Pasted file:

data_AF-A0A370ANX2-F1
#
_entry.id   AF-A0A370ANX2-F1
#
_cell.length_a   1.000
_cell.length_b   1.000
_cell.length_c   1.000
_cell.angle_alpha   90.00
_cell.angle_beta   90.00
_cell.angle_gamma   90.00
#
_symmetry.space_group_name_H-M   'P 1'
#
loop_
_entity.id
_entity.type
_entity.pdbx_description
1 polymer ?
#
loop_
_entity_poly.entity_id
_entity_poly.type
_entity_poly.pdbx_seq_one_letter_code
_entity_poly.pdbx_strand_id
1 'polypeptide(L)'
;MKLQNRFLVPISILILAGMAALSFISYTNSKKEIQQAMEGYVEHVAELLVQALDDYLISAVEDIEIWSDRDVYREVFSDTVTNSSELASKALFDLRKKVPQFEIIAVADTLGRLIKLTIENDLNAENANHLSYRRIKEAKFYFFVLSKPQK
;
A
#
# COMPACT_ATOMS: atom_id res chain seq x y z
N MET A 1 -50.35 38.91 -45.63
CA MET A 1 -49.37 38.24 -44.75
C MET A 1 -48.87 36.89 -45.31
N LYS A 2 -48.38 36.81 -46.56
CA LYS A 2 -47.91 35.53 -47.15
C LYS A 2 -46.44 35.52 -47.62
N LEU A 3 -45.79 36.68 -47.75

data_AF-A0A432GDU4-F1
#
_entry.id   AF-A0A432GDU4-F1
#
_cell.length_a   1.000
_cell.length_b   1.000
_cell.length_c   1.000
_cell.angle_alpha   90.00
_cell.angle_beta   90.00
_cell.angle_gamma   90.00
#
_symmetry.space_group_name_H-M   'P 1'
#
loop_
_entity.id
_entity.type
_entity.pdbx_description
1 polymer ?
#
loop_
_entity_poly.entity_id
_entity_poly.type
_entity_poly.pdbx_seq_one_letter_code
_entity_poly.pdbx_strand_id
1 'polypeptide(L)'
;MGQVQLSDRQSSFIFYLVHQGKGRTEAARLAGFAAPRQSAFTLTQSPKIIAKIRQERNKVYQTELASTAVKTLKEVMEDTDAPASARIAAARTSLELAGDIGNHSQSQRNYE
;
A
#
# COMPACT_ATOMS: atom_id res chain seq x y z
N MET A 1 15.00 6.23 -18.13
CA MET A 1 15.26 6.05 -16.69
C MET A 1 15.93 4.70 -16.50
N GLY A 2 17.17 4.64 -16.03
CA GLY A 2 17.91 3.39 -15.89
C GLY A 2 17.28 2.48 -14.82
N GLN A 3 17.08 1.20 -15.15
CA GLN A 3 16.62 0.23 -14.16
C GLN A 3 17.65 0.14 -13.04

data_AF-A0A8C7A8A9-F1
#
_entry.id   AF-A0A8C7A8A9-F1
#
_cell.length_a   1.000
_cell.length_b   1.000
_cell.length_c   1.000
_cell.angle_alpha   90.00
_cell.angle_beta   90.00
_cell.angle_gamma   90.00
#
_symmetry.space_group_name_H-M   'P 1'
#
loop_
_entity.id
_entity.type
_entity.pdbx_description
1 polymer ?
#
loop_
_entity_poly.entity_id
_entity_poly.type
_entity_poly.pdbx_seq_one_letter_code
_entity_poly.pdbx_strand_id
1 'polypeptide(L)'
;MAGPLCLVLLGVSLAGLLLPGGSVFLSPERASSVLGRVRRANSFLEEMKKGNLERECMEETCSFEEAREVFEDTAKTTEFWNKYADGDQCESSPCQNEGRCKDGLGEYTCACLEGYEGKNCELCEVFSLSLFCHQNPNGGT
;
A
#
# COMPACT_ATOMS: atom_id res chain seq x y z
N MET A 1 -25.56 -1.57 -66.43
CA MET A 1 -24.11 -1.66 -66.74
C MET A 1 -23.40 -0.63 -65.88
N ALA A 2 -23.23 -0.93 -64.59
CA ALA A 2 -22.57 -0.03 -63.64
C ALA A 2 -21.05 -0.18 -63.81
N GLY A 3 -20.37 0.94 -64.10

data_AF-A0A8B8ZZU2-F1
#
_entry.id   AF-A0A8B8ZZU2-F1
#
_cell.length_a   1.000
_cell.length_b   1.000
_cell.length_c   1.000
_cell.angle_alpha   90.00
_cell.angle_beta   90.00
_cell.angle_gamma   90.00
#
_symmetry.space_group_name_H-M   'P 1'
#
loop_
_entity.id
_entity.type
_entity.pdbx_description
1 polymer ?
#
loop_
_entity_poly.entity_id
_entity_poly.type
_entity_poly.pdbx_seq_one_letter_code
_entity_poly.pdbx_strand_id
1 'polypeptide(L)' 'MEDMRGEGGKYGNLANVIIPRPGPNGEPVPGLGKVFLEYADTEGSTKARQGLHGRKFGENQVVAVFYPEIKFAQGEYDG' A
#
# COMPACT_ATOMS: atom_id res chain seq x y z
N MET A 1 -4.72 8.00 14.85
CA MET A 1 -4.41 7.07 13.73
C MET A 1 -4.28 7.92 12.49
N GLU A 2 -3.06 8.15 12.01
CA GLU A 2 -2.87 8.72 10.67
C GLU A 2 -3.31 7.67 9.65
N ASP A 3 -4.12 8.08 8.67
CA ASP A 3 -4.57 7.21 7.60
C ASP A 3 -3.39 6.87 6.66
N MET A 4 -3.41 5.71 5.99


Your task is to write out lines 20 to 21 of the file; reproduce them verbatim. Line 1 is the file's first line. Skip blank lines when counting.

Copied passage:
loop_
_entity_poly.entity_id